FOOTNOTE: It is to mean “ƒ”¹…”The Enlightened One’, “ƒ”¹…”The Awakened One’ that I’ve used the nomenclature, “ƒ”¹…”The Buddha’. “ƒ”¹…”Lord Buddha’, as I see in common usage, is to equate the historical Buddha with mythical figures, such as Lord Ganesh, Lord Siva, Lord Rama, etc. It is also to turn an epithet into a proper noun.

(Prof. Suwanda H J Sugunasiri <[email protected]> is author of several books on Buddhism, including one on Abhidhamma, You’re What You Sense: Buddha on Mindbody, 2001; Dehiwala: Buddhist Cultural Centre. His latest publication is Arahant Mahinda –

One Response to “The Buddha Proclaims the Second Law of Thermodynamics as Parting Gift!”

  1. Sunil Vijayapala Says:

    for Buddha’s sake do not mix Buddhist doctrine with science crap. Buddha had answers for everything as he has an unimpeded knowledge on everything in this universe – direct knowledge acquired through enlightenment, with purity of mind.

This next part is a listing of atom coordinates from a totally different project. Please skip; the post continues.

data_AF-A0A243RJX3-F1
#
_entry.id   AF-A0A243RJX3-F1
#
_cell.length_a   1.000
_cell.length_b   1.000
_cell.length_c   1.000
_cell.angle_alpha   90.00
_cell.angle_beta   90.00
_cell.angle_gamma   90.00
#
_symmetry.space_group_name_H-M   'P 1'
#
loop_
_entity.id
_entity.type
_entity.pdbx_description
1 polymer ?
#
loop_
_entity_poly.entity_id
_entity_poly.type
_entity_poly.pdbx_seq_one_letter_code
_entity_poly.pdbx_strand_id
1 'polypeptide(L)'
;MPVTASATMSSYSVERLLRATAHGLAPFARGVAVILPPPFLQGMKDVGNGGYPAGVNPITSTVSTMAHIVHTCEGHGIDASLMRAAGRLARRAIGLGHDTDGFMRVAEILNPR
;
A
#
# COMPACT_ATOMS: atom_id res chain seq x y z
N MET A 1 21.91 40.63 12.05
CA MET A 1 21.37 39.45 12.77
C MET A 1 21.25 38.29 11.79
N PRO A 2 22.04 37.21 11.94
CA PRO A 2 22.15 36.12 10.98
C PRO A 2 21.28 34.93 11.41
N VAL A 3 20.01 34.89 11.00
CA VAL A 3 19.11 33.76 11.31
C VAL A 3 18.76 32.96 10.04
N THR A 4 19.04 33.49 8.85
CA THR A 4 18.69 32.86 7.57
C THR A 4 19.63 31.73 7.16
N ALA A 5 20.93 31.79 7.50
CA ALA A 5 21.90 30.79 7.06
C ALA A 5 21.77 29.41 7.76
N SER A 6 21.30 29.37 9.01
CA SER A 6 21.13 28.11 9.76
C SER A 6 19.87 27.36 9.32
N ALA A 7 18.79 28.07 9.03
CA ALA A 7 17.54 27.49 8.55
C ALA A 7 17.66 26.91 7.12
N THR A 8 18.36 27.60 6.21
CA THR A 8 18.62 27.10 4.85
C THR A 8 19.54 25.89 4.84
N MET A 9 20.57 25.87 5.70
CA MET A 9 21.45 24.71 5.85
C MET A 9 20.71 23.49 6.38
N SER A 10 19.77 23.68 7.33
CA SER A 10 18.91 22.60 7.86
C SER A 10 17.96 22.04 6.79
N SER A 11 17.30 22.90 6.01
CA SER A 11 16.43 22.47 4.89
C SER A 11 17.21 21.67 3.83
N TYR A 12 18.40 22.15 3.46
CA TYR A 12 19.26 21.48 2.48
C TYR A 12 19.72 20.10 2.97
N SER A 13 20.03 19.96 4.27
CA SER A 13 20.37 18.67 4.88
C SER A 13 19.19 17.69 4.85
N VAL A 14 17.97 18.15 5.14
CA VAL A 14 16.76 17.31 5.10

entropy can be applied to humans, as it describes the disorder in this world, which is part and parcel of human nature. the one thing one can observe which is happening infinitesimally slowly is the aging process in humans. if we were to whither like a flower in a day or two we would be pretty annoyed. every other phenomenon related to humans does have an effect on entropy. this is how I see it.

Leave a Reply

You must be logged in to post a comment.

 

 


Copyright © 2018 LankaWeb.com. All Rights Reserved. Powered by Wordpress